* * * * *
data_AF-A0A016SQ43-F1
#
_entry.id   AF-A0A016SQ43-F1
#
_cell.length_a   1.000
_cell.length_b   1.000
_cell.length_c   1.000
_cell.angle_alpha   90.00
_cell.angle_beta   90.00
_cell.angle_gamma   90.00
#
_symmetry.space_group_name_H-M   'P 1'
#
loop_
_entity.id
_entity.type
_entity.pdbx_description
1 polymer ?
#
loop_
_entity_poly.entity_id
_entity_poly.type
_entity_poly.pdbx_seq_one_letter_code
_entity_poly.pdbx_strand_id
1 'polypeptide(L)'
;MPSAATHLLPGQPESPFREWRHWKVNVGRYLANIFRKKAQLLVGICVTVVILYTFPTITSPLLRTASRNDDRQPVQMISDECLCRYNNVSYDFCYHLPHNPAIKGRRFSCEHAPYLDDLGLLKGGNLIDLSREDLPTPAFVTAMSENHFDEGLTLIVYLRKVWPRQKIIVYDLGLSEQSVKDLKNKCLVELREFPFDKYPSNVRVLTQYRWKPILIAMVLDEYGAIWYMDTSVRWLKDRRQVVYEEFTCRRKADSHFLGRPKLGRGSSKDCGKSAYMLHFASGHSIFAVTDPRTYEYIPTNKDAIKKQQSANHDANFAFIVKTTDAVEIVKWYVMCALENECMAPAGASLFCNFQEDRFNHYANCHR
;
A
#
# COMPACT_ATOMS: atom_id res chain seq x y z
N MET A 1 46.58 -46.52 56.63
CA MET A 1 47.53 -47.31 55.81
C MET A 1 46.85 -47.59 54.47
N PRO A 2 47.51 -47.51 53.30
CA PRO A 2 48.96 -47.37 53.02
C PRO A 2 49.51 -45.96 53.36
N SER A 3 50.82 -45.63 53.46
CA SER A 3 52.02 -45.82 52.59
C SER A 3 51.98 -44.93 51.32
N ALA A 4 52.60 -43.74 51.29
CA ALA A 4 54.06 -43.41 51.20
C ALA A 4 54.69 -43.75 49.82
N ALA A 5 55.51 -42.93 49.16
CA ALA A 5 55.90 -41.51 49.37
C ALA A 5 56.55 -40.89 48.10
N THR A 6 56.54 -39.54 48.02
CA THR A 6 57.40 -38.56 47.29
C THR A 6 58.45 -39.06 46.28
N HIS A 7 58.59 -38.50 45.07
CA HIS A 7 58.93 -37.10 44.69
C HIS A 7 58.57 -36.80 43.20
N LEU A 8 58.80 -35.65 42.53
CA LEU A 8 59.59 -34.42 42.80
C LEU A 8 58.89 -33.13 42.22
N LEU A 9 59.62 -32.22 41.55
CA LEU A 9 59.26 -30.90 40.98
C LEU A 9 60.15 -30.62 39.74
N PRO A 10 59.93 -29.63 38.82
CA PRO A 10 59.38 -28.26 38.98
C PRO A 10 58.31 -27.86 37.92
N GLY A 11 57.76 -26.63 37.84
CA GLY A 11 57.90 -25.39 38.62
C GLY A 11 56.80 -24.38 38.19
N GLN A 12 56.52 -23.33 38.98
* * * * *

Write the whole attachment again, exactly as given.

data_AF-A0A016SQ43-F1
#
_entry.id   AF-A0A016SQ43-F1
#
_cell.length_a   1.000
_cell.length_b   1.000
_cell.length_c   1.000
_cell.angle_alpha   90.00
_cell.angle_beta   90.00
_cell.angle_gamma   90.00
#
_symmetry.space_group_name_H-M   'P 1'
#
loop_
_entity.id
_entity.type
_entity.pdbx_description
1 polymer ?
#
loop_
_entity_poly.entity_id
_entity_poly.type
_entity_poly.pdbx_seq_one_letter_code
_entity_poly.pdbx_strand_id
1 'polypeptide(L)'
;MPSAATHLLPGQPESPFREWRHWKVNVGRYLANIFRKKAQLLVGICVTVVILYTFPTITSPLLRTASRNDDRQPVQMISDECLCRYNNVSYDFCYHLPHNPAIKGRRFSCEHAPYLDDLGLLKGGNLIDLSREDLPTPAFVTAMSENHFDEGLTLIVYLRKVWPRQKIIVYDLGLSEQSVKDLKNKCLVELREFPFDKYPSNVRVLTQYRWKPILIAMVLDEYGAIWYMDTSVRWLKDRRQVVYEEFTCRRKADSHFLGRPKLGRGSSKDCGKSAYMLHFASGHSIFAVTDPRTYEYIPTNKDAIKKQQSANHDANFAFIVKTTDAVEIVKWYVMCALENECMAPAGASLFCNFQEDRFNHYANCHR
;
A
#
# COMPACT_ATOMS: atom_id res chain seq x y z
N MET A 1 46.58 -46.52 56.63
CA MET A 1 47.53 -47.31 55.81
C MET A 1 46.85 -47.59 54.47
N PRO A 2 47.51 -47.51 53.30
CA PRO A 2 48.96 -47.37 53.02
C PRO A 2 49.51 -45.96 53.36
N SER A 3 50.82 -45.63 53.46
CA SER A 3 52.02 -45.82 52.59
C SER A 3 51.98 -44.93 51.32
N ALA A 4 52.60 -43.74 51.29
CA ALA A 4 54.06 -43.41 51.20
C ALA A 4 54.69 -43.75 49.82
N ALA A 5 55.51 -42.93 49.16
CA ALA A 5 55.90 -41.51 49.37
C ALA A 5 56.55 -40.89 48.10
N THR A 6 56.54 -39.54 48.02
CA THR A 6 57.40 -38.56 47.29
C THR A 6 58.45 -39.06 46.28
N HIS A 7 58.59 -38.50 45.07
CA HIS A 7 58.93 -37.10 44.69
C HIS A 7 58.57 -36.80 43.20
N LEU A 8 58.80 -35.65 42.53
CA LEU A 8 59.59 -34.42 42.80
C LEU A 8 58.89 -33.13 42.22
N LEU A 9 59.62 -32.22 41.55
CA LEU A 9 59.26 -30.90 40.98
C LEU A 9 60.15 -30.62 39.74
N PRO A 10 59.93 -29.63 38.82
CA PRO A 10 59.38 -28.26 38.98
C PRO A 10 58.31 -27.86 37.92
N GLY A 11 57.76 -26.63 37.84
CA GLY A 11 57.90 -25.39 38.62
C GLY A 11 56.80 -24.38 38.19
N GLN A 12 56.52 -23.33 38.98